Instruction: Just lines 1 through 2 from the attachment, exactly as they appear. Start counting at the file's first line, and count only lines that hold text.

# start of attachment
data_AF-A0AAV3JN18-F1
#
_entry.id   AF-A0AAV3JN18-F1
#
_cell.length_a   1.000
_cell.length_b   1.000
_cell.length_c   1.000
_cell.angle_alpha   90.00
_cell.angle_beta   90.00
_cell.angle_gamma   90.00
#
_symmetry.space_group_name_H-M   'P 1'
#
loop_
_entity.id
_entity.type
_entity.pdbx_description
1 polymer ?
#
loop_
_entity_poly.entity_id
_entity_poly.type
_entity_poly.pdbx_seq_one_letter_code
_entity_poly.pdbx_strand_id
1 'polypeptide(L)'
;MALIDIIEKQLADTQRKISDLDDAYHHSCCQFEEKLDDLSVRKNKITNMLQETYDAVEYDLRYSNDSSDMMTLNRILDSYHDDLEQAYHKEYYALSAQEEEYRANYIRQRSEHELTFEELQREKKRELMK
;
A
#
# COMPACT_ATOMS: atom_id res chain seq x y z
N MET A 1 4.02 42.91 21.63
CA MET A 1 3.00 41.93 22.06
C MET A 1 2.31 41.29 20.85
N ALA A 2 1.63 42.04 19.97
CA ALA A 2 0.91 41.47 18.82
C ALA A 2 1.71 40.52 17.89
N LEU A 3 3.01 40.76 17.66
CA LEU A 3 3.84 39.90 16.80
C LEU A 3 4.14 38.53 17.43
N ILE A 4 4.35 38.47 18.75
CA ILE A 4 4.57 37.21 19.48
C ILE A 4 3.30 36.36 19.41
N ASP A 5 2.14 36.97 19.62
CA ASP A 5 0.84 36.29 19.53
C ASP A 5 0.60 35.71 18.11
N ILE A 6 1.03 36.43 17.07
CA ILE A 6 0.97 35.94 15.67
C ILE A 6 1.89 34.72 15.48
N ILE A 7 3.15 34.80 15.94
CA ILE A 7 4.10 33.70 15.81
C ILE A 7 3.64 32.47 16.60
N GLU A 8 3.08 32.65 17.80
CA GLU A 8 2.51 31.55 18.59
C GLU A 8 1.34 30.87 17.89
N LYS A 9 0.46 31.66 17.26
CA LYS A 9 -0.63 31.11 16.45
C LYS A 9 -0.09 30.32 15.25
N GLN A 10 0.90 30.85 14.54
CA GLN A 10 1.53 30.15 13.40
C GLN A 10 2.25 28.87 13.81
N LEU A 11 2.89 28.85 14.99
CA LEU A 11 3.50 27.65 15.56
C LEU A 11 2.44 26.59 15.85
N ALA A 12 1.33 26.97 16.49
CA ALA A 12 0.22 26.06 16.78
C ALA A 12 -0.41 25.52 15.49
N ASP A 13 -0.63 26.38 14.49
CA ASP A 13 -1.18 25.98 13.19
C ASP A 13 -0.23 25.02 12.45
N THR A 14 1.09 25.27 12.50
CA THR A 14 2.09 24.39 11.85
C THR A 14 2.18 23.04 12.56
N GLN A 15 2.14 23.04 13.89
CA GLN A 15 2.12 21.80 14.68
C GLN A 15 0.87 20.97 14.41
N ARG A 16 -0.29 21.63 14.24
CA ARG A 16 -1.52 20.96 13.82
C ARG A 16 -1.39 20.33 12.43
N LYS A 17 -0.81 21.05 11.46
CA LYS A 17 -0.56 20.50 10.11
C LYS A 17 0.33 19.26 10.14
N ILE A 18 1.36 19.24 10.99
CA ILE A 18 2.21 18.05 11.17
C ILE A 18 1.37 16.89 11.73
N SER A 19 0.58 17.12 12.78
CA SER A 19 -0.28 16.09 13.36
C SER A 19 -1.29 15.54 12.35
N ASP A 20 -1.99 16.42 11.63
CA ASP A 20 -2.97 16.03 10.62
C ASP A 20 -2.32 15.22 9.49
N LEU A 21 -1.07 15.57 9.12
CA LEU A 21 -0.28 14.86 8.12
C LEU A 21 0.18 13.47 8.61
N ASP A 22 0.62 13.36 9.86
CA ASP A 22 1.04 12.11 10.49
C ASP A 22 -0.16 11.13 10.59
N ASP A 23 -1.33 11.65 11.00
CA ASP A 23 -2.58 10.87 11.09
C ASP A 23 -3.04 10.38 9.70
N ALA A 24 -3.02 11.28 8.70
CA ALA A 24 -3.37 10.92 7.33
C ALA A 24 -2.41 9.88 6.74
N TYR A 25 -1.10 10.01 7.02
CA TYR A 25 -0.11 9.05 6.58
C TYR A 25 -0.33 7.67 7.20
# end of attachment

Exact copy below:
data_AF-A0AAV3JN18-F1
#